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91  Using Arduino / LEDs and Multiplexing / Re: 8x8x8 multiplexed LED cube with an Arduino Mega 2560 on: February 06, 2013, 07:43:02 pm
Quote
Why don't you take a AC voltage reading between your iron tip and an independent path to your power ground when the iron is turned on

In other words take an AC voltage reading with a multimeter between the iron's tip and the grounding in the wall socket?
The iron doesn't need to be turned on the light the LEDs when touching them. I just needs to be plugged in.

I wonder if I can demand changing it in the store because of this... I mean, is this a defect or it's just a poor model?
92  Using Arduino / LEDs and Multiplexing / Re: 8x8x8 multiplexed LED cube with an Arduino Mega 2560 on: February 06, 2013, 05:37:54 pm
BTW, this is my soldering station: http://www.amazon.co.uk/Basetech-ZD-99-Compact-Soldering-Station/dp/B003A6B27Q
93  Using Arduino / LEDs and Multiplexing / Re: 8x8x8 multiplexed LED cube with an Arduino Mega 2560 on: February 06, 2013, 05:24:16 pm
Hippynerd, you are so on the spot with your last reply, you couldn't have gotten it more right!! Let me explain...

I started playing with the LEDs tonight, to see how much heat they can take. I took a new LED of the very same type (from the batch used for the cube), I set my iron to 370 Celsius degrees (same as I used with the cube), gave the LED current, so that it would be lit up while I heat it to see exactly after how many seconds it goes out and started heating it... and guess what?! after 35 seconds of constant heating near the head of the LED still no sign of burning out. OK, so I tried it on the other leg for another 35 seconds at 370 degrees. Nothing. No damage. I repeated this about 5 times, abusing the poor LED in a barbarian way, but it's still fine, lights perfectly, no damage. I tried it with one more LED, same result. Heat does not seem to burn them out. At least not in 35 seconds. And I only solder them for 3 to 5 seconds, so that cannot be the cause. I was puzzled... So what the hack was burning them out?!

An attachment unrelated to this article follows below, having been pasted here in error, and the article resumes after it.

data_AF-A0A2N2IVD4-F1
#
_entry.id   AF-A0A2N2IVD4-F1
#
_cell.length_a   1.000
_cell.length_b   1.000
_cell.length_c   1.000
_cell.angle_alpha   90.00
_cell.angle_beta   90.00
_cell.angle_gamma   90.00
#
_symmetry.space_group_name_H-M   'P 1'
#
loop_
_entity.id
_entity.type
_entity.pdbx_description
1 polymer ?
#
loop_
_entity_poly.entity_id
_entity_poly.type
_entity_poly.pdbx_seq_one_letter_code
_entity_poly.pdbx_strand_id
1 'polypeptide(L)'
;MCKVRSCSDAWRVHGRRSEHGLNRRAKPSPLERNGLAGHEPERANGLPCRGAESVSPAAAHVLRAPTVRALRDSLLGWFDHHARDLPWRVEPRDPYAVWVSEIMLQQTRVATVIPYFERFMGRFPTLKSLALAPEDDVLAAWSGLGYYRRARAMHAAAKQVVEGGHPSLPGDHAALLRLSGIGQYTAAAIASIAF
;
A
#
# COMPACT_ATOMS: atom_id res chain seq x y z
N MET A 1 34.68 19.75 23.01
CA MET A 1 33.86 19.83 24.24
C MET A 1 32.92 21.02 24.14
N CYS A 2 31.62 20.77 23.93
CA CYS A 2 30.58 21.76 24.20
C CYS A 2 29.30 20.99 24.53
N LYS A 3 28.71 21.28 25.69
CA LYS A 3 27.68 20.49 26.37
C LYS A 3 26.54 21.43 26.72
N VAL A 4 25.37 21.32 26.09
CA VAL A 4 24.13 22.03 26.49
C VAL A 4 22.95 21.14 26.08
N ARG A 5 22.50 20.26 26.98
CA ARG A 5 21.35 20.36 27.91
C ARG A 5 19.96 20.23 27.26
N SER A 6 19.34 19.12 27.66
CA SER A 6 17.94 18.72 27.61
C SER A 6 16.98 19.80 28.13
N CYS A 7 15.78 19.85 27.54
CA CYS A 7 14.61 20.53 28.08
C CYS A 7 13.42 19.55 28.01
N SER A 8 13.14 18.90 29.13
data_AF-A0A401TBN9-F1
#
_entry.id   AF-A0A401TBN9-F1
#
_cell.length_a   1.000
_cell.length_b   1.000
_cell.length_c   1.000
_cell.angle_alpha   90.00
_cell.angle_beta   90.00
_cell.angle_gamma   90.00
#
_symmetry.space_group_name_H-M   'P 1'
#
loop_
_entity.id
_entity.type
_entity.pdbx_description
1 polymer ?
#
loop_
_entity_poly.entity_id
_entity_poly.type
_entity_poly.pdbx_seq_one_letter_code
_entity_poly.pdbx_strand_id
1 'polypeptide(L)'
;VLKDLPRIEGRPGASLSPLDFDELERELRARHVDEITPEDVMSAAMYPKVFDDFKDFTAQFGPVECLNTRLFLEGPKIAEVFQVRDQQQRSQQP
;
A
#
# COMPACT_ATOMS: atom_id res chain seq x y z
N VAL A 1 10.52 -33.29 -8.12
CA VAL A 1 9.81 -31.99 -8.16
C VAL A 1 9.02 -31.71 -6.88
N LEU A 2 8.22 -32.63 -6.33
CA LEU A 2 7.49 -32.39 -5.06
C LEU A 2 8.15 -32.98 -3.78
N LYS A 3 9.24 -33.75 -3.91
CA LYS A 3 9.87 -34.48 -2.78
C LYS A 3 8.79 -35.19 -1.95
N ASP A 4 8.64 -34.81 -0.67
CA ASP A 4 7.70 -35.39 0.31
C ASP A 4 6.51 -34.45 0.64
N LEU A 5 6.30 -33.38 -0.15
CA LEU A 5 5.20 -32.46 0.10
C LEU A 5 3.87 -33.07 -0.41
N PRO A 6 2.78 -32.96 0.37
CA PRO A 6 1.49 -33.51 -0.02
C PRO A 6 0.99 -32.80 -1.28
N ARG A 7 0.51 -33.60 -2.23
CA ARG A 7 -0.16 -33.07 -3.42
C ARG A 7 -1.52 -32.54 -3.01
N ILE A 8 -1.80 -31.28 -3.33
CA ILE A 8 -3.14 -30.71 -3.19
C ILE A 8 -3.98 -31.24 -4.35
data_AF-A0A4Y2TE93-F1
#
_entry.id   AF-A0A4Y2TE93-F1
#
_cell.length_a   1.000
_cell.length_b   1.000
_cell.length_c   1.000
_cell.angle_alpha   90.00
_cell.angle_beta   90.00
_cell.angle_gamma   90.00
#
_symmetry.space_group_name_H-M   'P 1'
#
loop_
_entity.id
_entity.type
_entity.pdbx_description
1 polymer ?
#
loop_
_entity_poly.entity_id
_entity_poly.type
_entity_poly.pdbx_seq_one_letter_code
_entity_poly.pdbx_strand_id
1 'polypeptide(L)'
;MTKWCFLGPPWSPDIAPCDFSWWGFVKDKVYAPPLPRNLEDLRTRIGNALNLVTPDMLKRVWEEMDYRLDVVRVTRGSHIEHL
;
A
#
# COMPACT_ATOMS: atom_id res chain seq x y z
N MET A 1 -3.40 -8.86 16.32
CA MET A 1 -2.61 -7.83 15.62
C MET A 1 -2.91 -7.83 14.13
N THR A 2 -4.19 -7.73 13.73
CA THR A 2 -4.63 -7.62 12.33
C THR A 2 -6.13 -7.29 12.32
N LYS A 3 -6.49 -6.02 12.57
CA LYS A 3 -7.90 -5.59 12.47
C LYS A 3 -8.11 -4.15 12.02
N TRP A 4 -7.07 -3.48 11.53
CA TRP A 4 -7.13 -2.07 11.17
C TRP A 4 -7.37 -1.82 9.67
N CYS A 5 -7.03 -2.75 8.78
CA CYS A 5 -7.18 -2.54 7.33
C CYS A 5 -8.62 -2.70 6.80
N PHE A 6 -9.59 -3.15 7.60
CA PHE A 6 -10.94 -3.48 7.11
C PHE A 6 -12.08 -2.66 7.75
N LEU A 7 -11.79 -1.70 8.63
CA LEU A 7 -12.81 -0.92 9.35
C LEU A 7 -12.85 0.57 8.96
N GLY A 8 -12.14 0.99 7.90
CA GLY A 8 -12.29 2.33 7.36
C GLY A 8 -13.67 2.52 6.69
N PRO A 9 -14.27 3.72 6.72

I went to the garbage can and dug out the 4x4x4 cube that I had tossed yesterday night and started de-soldering the LEDs in order to have more to experiment with. At some point I thought I saw one light up while I was melting the solder near it, but there was no current connected to it, so I thought I was hallucinating or something... but no... it happened again and again.